The weekly newsletter of the México Solidarity Project


March 8, 2023/ This week's issue/ Meizhu Lui, for the editorial team

Photo: Meizhu Lui

Mexican Women: ‘Not One Femicide More!’

Last week, in Oaxaca City, I saw a young indigenous woman and her daughter sitting by a wall. Above them, painted on that wall, a rallying cry that read simply: “Not one femicide more in our streets!” 


In Oaxaca, on whatever street you walk, you’ll see pictures of known murderers with pleas for information about the perpetrators’ whereabouts. You’ll see photos of missing women and epitaphs declaring “We will never forget” and a particular dead woman’s name. The pain, the rage, the desire for justice, all palpable, a beating heart beneath the aloof azure sky, on a stone pavement peopled with oblivious tourists.


The right to life requires control over our own bodies, and that right has been driving feminist activism for decades. Our interviewee this week, Heather Dashner, has been fighting for women’s freedom since the 1970s. In México, as in the United States, the women’s movement began with women talking to each other around kitchen tables. At that time, under our patriarchal, individualistic capitalist regime, we strove to look happy in public. To admit to a less-than-made-in-heaven marriage would have been shameful. 


That cultural norm gave comfort and cover to male partners who could be condescending at best and brutal at worst. Even men with revolutionary politics didn’t want to give up patriarchy. As we women talked about all this, our isolation evaporated: The personal became political and exploded into movement.


In México, a half-century later, some things have changed. Abortion has been decriminalized. Women’s marches draw gigantic turnouts. And the demand for gender equality has broadened beyond women, with the lesbian and trans communities now organized and recognized.


And yet the murders of women simply for being women continue to go on. We remain unsafe on the streets and even at home. But we will not give up until we live in societies with “not one femicide more.”


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Women Decide, Society Respects, the State Guarantees

Heather Dashner has been a socialist activist since the 1970s, but she always disagreed with male leaders in the movement who believed that women's liberation should wait until after the working class took power. Women, Dashner continues to recognize, remain an oppressed group based on their gender, and she’s been at the forefront of every struggle for women's equality in México. Dashner has edited two books where she and her fellow women comrades tell their stories, Feministas Trotskistas in 2019 and last years Rebeldes y Transgresoras: Feministas Trotskistas, testimonios 1974-1992.


The 1970s saw an upsurge in women’s organizing and in socialist politics. How did you become a feminist/Trotskyist?

In a word, I got shat on a lot!


I came of age in the United States during the student movement, and we were all exploring how to become revolutionary activists. In my early days, I considered myself an anarchist. But then, in 1973, I was in Chile when the democratically elected Marxist president Salvador Allende was assassinated and his supporters brutally slaughtered. For me, a moment of terrible clarity: We need more than mass organizations. The people need a political instrument.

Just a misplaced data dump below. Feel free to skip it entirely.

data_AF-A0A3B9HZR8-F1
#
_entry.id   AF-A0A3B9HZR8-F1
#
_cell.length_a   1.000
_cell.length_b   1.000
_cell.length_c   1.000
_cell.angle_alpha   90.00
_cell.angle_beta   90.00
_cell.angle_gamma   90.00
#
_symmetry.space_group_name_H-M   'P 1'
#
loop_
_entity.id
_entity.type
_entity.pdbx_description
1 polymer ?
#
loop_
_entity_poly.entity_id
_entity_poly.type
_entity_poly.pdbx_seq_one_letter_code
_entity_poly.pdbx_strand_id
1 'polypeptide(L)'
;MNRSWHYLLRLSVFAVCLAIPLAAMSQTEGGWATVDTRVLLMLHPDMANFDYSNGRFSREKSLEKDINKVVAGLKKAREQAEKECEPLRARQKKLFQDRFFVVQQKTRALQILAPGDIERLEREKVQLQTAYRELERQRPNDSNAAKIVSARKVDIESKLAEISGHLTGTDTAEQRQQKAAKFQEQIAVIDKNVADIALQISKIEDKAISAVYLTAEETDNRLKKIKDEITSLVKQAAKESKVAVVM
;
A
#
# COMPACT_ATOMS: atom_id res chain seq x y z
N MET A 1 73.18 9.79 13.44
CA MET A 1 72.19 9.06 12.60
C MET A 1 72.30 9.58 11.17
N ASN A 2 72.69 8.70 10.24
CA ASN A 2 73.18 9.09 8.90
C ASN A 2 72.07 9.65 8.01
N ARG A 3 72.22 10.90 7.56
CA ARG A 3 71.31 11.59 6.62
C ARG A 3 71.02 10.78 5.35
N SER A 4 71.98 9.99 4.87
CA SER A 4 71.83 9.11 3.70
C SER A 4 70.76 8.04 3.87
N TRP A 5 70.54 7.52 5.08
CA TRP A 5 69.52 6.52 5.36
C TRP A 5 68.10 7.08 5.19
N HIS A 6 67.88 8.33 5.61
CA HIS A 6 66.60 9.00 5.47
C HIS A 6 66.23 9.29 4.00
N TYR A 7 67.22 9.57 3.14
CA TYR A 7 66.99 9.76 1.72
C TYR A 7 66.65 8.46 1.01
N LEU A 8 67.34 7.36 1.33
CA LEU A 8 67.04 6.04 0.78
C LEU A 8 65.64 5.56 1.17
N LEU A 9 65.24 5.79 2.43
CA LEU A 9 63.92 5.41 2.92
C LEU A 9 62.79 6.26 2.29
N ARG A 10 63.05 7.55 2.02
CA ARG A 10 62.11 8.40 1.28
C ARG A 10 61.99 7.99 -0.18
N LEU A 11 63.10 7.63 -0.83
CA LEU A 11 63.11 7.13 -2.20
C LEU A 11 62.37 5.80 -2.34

I moved to México in 1974 and became — and remain — a member of a Trotskyist group. My husband at the time wrote an article on the importance of the 1975 UN International Women’s Year Conference held in México. He asked if I would sign the article with another woman, to make it seem like women wrote it. That gives you a sense of gender dynamics back then! I agreed with his article totally, but its publication would set off a firestorm within our organization. Many comrades argued that gender equality didn’t rate as “a proletarian issue.” We’ll deal with it, they said, “only after the revolution!”


Over time, I would gain the confidence and the experience to become a leader in my own right, but my socialism could not exist together with women’s oppression! My closest comrades and I faced an ongoing struggle. Men would give us underhanded compliments. How unfortunate, they would say, that our most capable women leaders focus on women’s issues. But we persisted and won leadership positions in a women’s movement that included women of all classes and political orientations.

Can you describe the women’s movement in those early 1970s days?


It was not a mass movement. We began with small groups of women talking with each other and analyzing our experiences as women. Our oppression at home and in society still remained things not talked about publicly. So just saying out loud what was happening and what we were feeling — and getting validation from other women having the same experiences — became really important.


The main issues back then? Bodily autonomy basically: freedom of maternity, the right to decide whether to become mothers and when, rape, domestic violence.Women’s caucuses also proliferated within existing organizations. As a teacher, I organized a women’s group in my school. People organized politically independent unions in women-dominated fields, among teachers and telephone workers, for instance.